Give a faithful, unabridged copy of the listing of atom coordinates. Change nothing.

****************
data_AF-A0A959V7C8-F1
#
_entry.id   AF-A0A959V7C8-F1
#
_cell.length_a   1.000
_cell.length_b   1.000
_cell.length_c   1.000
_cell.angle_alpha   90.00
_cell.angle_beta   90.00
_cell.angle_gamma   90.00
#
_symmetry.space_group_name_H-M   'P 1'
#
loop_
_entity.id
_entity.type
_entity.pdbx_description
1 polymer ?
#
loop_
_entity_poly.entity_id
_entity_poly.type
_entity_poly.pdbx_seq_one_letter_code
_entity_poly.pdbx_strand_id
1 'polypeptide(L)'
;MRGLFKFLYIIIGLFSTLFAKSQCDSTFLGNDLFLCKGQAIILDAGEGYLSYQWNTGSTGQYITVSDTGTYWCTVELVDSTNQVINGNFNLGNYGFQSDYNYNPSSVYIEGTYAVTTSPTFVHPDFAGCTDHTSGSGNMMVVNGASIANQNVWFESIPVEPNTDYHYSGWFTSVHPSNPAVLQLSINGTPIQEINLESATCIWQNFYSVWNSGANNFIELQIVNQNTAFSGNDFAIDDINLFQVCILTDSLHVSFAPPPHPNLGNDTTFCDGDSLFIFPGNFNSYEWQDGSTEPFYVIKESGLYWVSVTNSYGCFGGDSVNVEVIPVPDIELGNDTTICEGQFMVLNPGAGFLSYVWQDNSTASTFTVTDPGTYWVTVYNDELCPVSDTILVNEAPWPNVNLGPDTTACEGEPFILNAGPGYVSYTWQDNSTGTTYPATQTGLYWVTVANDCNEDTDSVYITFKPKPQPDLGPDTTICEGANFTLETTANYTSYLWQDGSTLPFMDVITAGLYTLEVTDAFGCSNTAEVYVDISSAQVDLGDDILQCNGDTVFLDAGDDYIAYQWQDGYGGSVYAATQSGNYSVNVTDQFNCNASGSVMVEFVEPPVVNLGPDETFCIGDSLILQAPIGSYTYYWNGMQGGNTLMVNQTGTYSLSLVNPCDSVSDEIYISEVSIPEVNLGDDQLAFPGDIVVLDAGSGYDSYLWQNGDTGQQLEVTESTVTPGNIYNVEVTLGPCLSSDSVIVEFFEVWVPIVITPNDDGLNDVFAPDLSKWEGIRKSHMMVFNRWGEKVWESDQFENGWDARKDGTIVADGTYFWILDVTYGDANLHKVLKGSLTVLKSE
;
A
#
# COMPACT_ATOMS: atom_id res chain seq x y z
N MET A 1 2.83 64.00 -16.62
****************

data_AF-A0A959V7C8-F1
#
_entry.id   AF-A0A959V7C8-F1
#
_cell.length_a   1.000
_cell.length_b   1.000
_cell.length_c   1.000
_cell.angle_alpha   90.00
_cell.angle_beta   90.00
_cell.angle_gamma   90.00
#
_symmetry.space_group_name_H-M   'P 1'
#
loop_
_entity.id
_entity.type
_entity.pdbx_description
1 polymer ?
#
loop_
_entity_poly.entity_id
_entity_poly.type
_entity_poly.pdbx_seq_one_letter_code
_entity_poly.pdbx_strand_id
1 'polypeptide(L)'
;MRGLFKFLYIIIGLFSTLFAKSQCDSTFLGNDLFLCKGQAIILDAGEGYLSYQWNTGSTGQYITVSDTGTYWCTVELVDSTNQVINGNFNLGNYGFQSDYNYNPSSVYIEGTYAVTTSPTFVHPDFAGCTDHTSGSGNMMVVNGASIANQNVWFESIPVEPNTDYHYSGWFTSVHPSNPAVLQLSINGTPIQEINLESATCIWQNFYSVWNSGANNFIELQIVNQNTAFSGNDFAIDDINLFQVCILTDSLHVSFAPPPHPNLGNDTTFCDGDSLFIFPGNFNSYEWQDGSTEPFYVIKESGLYWVSVTNSYGCFGGDSVNVEVIPVPDIELGNDTTICEGQFMVLNPGAGFLSYVWQDNSTASTFTVTDPGTYWVTVYNDELCPVSDTILVNEAPWPNVNLGPDTTACEGEPFILNAGPGYVSYTWQDNSTGTTYPATQTGLYWVTVANDCNEDTDSVYITFKPKPQPDLGPDTTICEGANFTLETTANYTSYLWQDGSTLPFMDVITAGLYTLEVTDAFGCSNTAEVYVDISSAQVDLGDDILQCNGDTVFLDAGDDYIAYQWQDGYGGSVYAATQSGNYSVNVTDQFNCNASGSVMVEFVEPPVVNLGPDETFCIGDSLILQAPIGSYTYYWNGMQGGNTLMVNQTGTYSLSLVNPCDSVSDEIYISEVSIPEVNLGDDQLAFPGDIVVLDAGSGYDSYLWQNGDTGQQLEVTESTVTPGNIYNVEVTLGPCLSSDSVIVEFFEVWVPIVITPNDDGLNDVFAPDLSKWEGIRKSHMMVFNRWGEKVWESDQFENGWDARKDGTIVADGTYFWILDVTYGDANLHKVLKGSLTVLKSE
;
A
#
# COMPACT_ATOMS: atom_id res chain seq x y z
N MET A 1 2.83 64.00 -16.62